Any discomfort in Downing Street over the growing relationship and rapport between Donald Trump and Nigel Farage is very likely to have turned to dismay and anger as the latest episode unfolded.
The American president-elect’s suggestion that the Ukip leader become Britain’s ambassador to the US was swiftly shot down by No 10 – which in turn triggered a withering response from Mr Farage. He swept aside insistences from London that there was “no vacancy” for the post, currently held by Sir Kim Darroch, by declaring he stood ready to work with Mr Trump.
The tycoon’s intervention on Twitter, which suggested “many people” would want Mr Farage as their ambassador to the UK and that he would “do a great job” in the role, is extremely uncomfortable for Theresa May and Boris Johnson, her Foreign Secretary.
But Mr Farage had clearly been cultivating a friendship with Mr Trump long before the conclusion of the race for the White House.
The only real surprise in his endorsement by Mr Trump for the ambassadorial role is that it has come so quickly – less than a fortnight after the presidential election.
Mr Farage appears to have inveigled himself into a position on the verge of the corridors of power in Washington faster than anyone would have thought possible.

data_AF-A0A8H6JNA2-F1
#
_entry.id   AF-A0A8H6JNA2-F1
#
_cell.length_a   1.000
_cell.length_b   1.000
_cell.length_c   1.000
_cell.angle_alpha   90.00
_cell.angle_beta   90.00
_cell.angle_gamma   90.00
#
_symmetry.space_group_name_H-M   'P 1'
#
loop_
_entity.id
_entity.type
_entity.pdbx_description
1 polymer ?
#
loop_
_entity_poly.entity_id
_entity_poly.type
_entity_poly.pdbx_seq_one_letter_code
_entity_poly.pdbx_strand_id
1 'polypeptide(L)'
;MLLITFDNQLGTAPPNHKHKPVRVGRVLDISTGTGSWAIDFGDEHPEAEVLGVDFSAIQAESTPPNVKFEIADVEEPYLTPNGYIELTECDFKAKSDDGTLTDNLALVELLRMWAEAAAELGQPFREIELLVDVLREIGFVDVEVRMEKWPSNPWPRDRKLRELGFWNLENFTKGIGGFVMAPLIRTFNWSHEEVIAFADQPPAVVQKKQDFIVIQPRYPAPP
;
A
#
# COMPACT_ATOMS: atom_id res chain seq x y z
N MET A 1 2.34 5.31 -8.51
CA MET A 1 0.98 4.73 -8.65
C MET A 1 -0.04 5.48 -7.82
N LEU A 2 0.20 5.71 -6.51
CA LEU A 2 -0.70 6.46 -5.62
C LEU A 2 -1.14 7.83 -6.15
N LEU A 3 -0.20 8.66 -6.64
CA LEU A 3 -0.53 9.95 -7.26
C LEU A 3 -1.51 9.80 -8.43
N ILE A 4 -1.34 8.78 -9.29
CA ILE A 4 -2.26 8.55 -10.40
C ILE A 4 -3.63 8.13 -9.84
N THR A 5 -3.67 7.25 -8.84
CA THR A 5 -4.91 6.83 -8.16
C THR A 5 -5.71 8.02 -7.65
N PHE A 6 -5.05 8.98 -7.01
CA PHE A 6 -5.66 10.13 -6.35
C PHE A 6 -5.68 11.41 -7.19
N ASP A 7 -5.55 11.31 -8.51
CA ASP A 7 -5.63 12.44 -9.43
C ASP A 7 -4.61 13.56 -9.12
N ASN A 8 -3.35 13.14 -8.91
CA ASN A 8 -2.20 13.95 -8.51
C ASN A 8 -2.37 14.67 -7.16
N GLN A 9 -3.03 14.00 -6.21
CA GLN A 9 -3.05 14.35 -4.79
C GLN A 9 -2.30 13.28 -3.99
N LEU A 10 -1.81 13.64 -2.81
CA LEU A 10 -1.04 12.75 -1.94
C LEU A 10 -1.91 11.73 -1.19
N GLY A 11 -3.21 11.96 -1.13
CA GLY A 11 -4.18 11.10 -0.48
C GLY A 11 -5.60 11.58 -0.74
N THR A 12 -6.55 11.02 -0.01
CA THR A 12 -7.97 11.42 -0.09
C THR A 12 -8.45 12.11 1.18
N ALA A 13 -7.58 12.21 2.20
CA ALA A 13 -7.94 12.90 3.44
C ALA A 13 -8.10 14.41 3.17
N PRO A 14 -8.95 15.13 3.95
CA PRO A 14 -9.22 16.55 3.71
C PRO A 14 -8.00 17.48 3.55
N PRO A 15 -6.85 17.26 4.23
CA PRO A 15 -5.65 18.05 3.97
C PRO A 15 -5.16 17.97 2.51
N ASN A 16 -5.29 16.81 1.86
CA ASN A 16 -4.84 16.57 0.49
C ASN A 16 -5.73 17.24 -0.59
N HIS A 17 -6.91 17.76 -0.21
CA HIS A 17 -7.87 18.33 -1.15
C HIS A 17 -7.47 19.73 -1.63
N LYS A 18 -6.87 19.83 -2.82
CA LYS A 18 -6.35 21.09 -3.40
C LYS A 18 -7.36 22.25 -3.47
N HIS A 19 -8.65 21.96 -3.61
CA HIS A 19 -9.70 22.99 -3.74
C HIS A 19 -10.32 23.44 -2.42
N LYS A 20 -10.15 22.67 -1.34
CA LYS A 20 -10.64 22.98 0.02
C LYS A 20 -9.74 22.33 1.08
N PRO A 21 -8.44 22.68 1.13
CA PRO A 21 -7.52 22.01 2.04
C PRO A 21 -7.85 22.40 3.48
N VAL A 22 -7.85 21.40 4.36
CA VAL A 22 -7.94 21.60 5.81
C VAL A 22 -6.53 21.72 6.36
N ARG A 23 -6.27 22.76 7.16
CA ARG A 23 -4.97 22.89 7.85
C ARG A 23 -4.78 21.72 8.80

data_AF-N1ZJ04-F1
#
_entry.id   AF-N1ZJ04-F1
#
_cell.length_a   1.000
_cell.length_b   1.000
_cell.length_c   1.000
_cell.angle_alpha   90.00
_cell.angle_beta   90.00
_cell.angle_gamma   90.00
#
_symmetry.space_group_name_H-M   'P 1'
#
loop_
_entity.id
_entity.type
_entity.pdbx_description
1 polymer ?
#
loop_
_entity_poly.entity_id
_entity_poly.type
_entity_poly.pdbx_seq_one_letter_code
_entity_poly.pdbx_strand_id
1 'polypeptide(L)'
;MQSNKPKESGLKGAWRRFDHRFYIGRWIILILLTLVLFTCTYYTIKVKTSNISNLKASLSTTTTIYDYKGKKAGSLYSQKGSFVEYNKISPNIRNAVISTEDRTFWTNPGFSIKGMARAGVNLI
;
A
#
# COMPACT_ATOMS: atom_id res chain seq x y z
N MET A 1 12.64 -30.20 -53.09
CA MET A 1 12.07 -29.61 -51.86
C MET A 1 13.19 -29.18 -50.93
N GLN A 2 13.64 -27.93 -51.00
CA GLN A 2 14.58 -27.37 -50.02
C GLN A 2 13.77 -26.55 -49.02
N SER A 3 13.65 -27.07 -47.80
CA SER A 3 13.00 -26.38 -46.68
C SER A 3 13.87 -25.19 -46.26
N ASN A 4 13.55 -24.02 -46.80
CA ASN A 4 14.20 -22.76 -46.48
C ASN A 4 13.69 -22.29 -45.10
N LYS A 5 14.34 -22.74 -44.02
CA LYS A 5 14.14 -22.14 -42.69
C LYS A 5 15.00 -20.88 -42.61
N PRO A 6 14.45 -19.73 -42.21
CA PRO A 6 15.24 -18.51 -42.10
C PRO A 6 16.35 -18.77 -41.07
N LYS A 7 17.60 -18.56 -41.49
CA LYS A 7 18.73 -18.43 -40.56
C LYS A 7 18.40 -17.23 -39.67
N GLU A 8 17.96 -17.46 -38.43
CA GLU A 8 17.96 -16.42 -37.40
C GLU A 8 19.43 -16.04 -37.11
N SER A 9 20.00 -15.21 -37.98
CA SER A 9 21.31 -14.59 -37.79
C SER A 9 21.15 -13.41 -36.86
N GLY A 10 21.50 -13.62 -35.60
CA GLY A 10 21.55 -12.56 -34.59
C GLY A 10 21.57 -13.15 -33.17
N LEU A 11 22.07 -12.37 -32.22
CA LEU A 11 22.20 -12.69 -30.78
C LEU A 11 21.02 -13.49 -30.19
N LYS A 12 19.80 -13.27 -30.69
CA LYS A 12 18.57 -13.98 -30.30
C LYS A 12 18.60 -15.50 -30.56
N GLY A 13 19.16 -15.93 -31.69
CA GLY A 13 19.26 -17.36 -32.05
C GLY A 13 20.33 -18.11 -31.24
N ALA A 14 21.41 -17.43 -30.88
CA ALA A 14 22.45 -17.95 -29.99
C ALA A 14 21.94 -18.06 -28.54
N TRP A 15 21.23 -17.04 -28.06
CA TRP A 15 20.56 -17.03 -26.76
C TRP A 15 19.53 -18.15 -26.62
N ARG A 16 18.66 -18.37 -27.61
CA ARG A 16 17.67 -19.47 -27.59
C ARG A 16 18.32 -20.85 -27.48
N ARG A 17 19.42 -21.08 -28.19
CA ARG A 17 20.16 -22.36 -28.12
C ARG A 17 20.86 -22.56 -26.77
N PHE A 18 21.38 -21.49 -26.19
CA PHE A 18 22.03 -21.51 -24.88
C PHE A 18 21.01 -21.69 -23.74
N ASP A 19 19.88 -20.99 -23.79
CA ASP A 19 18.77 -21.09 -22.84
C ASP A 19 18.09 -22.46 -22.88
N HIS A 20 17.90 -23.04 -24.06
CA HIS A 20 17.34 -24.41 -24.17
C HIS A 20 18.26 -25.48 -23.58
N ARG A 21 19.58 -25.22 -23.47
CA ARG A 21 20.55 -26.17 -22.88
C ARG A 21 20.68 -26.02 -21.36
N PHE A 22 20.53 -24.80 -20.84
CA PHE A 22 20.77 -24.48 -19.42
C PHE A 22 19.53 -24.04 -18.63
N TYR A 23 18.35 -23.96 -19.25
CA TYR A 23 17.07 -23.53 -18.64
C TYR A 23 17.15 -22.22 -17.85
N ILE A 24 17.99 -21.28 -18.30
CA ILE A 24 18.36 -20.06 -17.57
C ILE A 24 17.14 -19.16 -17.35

He has created a strong impression with Mr Trump and, such is the profile Mr Farage has enjoyed in the past two weeks, Americans would be forgiven for thinking that he is a bona fide member of the UK government, rather than a mere member of the European Parliament, who has twice stood down from his role as Ukip leader.
Mrs May was wise enough to keep a relative diplomatic silence during the US election campaign, being careful not to endorse or criticise either candidate.
This was despite earlier criticisms of Mr Trump when she was Home Secretary after he claimed parts of London had become “no-go zones” for the police.
Having played it coy for so long, now that Mr Trump has been elected there is a real danger for Mrs May that if she does not actively pursue the building of a working relationship with him, then Mr Farage will happily step into the breach.
The prospect of Mr Trump testing the temperature of Britain by seeking advice from Mr Farage will set off all kind of alarm bells, well beyond Downing Street.
But rather than give the Trump administration the cold shoulder, Mrs May has to consider the long-standing “special relationship” between Britain and the US, which is much bigger than any one president.
More importantly, if Mrs May fails to build a relationship with Mr Trump it will allow Mr Farage to have even more undue influence than he already has. Some may conclude that it is already too late on this front.
But the UK government has an obligation to try to fully engage with the American president, no matter who he is - and marginalise Mr Farage.